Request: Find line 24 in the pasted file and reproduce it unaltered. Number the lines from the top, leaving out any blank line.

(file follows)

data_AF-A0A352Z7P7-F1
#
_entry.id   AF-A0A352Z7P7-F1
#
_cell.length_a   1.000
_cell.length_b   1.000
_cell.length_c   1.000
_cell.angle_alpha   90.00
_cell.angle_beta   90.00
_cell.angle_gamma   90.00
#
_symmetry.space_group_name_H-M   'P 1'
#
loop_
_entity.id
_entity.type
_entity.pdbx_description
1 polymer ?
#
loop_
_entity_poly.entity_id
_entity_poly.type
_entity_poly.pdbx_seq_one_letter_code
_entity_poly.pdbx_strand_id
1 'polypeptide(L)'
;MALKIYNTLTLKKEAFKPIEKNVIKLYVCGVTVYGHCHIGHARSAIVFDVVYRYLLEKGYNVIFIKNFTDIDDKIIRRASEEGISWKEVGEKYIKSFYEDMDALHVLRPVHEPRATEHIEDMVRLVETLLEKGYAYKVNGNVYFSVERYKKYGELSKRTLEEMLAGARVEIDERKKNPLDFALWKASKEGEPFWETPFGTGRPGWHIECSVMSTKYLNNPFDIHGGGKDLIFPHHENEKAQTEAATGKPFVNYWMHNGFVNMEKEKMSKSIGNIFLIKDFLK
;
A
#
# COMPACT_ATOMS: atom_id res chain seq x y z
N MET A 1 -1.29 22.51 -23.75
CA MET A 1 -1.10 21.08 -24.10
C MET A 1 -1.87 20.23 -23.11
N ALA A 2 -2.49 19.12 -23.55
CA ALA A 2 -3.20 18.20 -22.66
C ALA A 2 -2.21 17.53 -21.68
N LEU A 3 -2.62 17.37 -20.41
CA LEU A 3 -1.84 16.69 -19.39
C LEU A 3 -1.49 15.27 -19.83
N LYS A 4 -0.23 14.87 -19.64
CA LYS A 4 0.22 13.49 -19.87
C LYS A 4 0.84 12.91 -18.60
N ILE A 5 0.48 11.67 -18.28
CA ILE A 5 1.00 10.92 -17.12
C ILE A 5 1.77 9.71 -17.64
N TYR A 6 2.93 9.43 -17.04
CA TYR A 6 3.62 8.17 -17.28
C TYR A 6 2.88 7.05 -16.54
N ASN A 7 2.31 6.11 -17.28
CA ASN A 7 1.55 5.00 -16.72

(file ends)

_entity_poly.pdbx_strand_id